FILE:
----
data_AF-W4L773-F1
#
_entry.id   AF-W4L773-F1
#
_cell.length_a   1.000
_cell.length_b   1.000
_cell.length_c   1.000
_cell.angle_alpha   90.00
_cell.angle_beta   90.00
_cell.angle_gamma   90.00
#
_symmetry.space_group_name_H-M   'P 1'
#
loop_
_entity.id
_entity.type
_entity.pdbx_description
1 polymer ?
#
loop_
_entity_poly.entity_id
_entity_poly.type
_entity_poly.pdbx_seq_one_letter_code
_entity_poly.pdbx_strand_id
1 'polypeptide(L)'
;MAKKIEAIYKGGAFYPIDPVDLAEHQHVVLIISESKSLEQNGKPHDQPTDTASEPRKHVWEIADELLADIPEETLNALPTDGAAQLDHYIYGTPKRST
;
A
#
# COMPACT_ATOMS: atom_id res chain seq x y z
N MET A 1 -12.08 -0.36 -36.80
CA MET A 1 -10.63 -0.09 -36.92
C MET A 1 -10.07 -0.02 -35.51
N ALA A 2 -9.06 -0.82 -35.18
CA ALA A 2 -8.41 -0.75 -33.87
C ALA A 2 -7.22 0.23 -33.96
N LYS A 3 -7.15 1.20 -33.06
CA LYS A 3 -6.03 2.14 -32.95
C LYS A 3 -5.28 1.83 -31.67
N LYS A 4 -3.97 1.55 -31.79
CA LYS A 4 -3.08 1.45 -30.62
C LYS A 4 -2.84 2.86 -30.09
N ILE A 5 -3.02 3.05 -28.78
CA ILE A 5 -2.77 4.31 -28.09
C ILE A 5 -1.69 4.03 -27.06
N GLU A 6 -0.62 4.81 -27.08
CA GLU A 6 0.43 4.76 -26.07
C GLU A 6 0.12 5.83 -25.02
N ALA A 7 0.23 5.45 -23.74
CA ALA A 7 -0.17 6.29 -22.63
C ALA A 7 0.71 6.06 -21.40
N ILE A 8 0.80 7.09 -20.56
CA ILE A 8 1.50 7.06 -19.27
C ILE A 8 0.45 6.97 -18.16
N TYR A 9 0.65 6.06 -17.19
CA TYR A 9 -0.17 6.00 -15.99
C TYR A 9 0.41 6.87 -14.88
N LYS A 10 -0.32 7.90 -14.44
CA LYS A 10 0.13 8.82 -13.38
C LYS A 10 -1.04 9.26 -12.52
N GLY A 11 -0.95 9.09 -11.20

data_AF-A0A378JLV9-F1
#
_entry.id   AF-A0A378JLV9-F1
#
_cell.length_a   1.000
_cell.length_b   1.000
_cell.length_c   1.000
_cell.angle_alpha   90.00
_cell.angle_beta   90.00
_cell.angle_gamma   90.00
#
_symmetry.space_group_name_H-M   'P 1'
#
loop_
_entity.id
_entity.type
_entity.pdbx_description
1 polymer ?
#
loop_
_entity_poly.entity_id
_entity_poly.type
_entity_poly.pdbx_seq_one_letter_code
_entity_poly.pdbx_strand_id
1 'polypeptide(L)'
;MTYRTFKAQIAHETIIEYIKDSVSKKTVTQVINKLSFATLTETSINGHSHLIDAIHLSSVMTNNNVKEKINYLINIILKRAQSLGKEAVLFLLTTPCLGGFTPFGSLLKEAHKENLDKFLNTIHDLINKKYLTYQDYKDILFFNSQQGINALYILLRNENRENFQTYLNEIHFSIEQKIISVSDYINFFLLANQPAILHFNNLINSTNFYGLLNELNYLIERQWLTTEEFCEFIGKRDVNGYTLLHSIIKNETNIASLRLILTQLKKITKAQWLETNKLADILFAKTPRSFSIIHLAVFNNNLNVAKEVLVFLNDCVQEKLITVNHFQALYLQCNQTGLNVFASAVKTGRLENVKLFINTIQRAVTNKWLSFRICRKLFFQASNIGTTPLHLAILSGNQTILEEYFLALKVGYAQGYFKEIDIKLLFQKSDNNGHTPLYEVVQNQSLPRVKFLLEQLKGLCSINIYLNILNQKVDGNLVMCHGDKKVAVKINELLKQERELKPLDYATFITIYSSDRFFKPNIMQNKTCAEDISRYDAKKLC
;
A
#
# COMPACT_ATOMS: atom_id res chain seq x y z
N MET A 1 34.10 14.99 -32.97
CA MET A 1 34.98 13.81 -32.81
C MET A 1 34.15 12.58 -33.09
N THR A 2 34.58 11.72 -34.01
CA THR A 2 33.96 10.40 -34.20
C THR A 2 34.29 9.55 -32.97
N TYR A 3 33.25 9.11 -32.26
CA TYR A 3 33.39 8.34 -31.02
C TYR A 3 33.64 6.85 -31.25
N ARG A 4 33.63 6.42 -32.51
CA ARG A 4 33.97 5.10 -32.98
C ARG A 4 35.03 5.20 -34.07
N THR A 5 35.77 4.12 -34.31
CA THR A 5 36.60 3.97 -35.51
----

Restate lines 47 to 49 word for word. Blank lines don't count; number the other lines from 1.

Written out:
CA GLU A 6 0.43 4.76 -26.07
C GLU A 6 0.12 5.83 -25.02
N ALA A 7 0.23 5.45 -23.74